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Aristotle, Rhetoric (ed. J. H. Freese) 2 0 Browse Search
Herodotus, The Histories (ed. A. D. Godley) 2 0 Browse Search
Homeric Hymns (ed. Hugh G. Evelyn-White) 2 0 Browse Search
Homer, The Iliad (ed. Samuel Butler) 2 0 Browse Search
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Browsing named entities in Aristotle, Rhetoric (ed. J. H. Freese). You can also browse the collection for Carpathus (Greece) or search for Carpathus (Greece) in all documents.

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Aristotle, Rhetoric (ed. J. H. Freese), book 3, chapter 11 (search)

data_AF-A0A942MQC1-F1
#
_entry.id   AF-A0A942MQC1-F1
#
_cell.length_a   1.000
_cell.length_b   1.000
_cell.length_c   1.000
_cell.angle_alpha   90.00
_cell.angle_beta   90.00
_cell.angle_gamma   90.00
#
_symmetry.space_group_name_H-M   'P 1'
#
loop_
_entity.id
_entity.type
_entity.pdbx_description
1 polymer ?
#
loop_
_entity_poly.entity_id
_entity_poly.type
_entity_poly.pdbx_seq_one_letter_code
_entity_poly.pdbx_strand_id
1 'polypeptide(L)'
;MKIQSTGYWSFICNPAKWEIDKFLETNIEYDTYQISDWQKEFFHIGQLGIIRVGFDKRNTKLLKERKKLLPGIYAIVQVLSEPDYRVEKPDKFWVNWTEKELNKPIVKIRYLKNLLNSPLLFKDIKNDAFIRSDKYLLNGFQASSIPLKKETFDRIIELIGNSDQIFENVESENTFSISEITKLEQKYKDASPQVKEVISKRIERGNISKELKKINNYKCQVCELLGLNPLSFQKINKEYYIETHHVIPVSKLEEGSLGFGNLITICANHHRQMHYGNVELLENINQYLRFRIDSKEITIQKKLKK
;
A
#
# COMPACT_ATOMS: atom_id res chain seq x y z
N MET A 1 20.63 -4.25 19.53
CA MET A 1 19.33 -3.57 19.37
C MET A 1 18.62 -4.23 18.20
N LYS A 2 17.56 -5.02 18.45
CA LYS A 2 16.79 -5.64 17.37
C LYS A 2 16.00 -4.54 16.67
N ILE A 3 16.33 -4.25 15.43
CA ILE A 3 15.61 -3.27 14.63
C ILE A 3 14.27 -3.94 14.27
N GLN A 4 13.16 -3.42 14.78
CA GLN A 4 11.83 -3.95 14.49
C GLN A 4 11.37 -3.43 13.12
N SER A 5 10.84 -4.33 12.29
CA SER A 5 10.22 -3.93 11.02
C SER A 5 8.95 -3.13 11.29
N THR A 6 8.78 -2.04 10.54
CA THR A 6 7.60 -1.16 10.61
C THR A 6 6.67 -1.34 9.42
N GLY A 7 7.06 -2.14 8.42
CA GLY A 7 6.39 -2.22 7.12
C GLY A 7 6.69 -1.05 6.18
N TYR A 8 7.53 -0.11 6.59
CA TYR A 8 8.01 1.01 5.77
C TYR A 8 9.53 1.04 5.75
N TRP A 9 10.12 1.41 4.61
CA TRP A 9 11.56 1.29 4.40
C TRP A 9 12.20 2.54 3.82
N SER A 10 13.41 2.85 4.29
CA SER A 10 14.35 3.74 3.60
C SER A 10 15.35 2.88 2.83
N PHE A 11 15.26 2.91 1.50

Like Philammon punching the leather sack. All such expressions are similes, and similes, as has been often said, are metaphors of a kind. Proverbs also are metaphors from species to species. If a man, for instance, introduces into his house something from which he expects to benefit, but afterwards finds himself injured instead, it is as the CarpathianOr, “he says it is a case of the Carpathian and the hare.” An inhabitant of the island of Carpathus introduced a brace of hares, which so multiplied that they devoured all the crops and ruined the farmers (like the rabbits in Australia). says of the hare; for both haveexperienced the same misfortunes. This is nearly all that can be said of the sources of smart sayings and the reasons which make them so. Approved hyperboles are also metaphors. For instance, one may say of a man whose eye is all black and blue, “you would have thought he was a basket